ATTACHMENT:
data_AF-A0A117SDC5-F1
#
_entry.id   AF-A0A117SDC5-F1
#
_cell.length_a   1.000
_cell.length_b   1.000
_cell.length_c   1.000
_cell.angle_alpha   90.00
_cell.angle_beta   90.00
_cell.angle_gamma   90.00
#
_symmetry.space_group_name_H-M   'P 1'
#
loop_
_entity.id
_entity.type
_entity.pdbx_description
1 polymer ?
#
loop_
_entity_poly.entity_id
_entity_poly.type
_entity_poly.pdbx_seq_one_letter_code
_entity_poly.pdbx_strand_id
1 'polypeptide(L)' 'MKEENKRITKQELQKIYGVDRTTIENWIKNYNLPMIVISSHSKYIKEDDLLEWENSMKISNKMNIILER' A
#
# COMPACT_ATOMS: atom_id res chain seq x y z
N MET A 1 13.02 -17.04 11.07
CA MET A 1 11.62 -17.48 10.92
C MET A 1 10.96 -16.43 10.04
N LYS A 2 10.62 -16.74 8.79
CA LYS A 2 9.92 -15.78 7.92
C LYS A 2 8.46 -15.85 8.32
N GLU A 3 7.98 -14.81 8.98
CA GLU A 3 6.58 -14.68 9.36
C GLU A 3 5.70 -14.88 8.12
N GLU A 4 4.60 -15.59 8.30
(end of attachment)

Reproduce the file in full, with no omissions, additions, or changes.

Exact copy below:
data_AF-A0A117SDC5-F1
#
_entry.id   AF-A0A117SDC5-F1
#
_cell.length_a   1.000
_cell.length_b   1.000
_cell.length_c   1.000
_cell.angle_alpha   90.00
_cell.angle_beta   90.00
_cell.angle_gamma   90.00
#
_symmetry.space_group_name_H-M   'P 1'
#
loop_
_entity.id
_entity.type
_entity.pdbx_description
1 polymer ?
#
loop_
_entity_poly.entity_id
_entity_poly.type
_entity_poly.pdbx_seq_one_letter_code
_entity_poly.pdbx_strand_id
1 'polypeptide(L)' 'MKEENKRITKQELQKIYGVDRTTIENWIKNYNLPMIVISSHSKYIKEDDLLEWENSMKISNKMNIILER' A
#
# COMPACT_ATOMS: atom_id res chain seq x y z
N MET A 1 13.02 -17.04 11.07
CA MET A 1 11.62 -17.48 10.92
C MET A 1 10.96 -16.43 10.04
N LYS A 2 10.62 -16.74 8.79
CA LYS A 2 9.92 -15.78 7.92
C LYS A 2 8.46 -15.85 8.32
N GLU A 3 7.98 -14.81 8.98
CA GLU A 3 6.58 -14.68 9.36
C GLU A 3 5.70 -14.88 8.12
N GLU A 4 4.60 -15.59 8.30